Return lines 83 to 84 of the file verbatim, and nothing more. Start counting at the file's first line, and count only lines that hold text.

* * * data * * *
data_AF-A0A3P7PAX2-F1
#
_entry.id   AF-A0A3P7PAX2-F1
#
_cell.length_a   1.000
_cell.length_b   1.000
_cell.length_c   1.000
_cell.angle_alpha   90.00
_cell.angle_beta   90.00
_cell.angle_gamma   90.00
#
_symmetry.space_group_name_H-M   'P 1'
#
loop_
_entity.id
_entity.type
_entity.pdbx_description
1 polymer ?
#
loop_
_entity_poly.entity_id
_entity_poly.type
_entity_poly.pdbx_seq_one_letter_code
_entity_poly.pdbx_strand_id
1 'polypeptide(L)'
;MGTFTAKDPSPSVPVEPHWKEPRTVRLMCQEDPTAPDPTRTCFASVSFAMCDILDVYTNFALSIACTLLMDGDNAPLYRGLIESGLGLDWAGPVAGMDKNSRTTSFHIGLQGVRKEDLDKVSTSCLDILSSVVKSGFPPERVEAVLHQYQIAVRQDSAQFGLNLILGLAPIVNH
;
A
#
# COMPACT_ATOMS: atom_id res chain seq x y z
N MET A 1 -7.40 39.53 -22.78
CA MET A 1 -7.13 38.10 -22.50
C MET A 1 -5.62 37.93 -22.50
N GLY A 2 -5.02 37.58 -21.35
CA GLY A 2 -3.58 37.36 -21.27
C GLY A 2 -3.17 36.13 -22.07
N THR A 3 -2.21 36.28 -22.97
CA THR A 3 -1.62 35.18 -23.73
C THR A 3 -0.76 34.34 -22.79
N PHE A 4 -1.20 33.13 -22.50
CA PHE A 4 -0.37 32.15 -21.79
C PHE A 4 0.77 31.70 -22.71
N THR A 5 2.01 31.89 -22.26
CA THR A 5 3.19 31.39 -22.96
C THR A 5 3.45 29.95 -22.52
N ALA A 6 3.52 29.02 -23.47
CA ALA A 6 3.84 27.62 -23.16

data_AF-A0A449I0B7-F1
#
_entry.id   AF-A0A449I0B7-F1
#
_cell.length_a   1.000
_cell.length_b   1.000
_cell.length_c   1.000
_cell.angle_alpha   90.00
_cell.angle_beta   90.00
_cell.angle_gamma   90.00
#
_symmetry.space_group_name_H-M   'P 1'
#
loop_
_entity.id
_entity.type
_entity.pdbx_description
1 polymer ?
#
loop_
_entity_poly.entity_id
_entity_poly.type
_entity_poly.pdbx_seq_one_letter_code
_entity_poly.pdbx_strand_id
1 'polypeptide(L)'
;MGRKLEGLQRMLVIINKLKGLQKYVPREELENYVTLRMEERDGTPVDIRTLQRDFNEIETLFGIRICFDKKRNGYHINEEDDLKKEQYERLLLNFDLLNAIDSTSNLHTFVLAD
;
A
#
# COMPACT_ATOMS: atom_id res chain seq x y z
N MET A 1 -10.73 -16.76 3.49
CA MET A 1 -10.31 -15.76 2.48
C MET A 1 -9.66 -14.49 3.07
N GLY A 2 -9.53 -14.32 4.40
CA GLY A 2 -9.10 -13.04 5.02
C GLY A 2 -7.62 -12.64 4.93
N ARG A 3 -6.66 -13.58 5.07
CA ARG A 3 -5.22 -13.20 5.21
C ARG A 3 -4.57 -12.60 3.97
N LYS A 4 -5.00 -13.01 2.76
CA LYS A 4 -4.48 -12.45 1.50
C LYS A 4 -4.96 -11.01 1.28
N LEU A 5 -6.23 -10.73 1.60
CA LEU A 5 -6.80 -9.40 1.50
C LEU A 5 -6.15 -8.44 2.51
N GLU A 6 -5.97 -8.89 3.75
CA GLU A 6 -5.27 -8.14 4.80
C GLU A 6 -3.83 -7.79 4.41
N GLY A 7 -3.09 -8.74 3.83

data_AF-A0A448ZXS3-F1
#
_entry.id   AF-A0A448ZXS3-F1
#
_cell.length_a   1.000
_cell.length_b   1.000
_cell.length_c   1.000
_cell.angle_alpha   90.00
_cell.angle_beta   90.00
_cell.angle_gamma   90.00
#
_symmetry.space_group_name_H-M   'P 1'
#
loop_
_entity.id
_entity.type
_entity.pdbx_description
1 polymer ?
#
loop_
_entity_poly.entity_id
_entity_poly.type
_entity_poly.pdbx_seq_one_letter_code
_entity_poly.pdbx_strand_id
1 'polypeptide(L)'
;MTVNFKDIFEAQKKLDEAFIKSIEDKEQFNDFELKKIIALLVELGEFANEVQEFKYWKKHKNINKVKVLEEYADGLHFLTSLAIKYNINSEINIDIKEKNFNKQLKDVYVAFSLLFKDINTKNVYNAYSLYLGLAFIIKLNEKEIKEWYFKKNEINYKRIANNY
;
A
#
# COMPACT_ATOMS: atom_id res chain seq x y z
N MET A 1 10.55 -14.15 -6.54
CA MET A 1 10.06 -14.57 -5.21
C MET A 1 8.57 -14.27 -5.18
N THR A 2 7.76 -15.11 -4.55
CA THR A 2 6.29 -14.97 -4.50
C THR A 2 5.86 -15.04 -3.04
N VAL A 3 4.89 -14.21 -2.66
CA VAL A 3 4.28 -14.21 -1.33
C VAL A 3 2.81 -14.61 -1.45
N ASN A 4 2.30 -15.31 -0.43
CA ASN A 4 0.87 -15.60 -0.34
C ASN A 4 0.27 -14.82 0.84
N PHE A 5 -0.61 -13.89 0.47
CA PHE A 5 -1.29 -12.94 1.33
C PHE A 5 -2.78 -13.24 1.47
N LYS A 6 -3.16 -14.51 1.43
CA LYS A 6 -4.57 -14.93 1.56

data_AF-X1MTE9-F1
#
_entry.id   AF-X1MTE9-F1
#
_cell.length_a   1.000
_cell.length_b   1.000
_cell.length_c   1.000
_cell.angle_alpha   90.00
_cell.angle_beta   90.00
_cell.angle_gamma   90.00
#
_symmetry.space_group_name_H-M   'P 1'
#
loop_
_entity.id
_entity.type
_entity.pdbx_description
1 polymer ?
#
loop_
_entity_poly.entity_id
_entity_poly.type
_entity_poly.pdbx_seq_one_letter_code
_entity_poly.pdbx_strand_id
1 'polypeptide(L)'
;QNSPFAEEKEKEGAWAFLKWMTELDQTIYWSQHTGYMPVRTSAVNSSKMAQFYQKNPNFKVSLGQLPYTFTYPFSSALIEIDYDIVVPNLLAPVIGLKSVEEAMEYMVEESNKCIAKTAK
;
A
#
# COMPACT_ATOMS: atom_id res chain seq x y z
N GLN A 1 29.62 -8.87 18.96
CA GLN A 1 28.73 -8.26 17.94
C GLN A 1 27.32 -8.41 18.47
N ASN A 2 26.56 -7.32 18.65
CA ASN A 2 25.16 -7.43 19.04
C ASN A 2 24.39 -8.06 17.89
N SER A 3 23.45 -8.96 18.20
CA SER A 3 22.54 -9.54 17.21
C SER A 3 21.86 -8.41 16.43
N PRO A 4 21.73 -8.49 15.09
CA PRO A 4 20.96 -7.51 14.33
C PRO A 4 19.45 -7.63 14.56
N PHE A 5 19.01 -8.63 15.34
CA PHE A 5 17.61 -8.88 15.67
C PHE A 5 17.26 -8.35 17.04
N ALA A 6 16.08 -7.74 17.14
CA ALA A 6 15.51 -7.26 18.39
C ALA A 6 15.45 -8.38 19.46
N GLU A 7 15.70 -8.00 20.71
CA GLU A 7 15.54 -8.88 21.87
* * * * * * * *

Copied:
C GLY A 2 -7.62 -12.64 4.93
N ARG A 3 -6.66 -13.58 5.07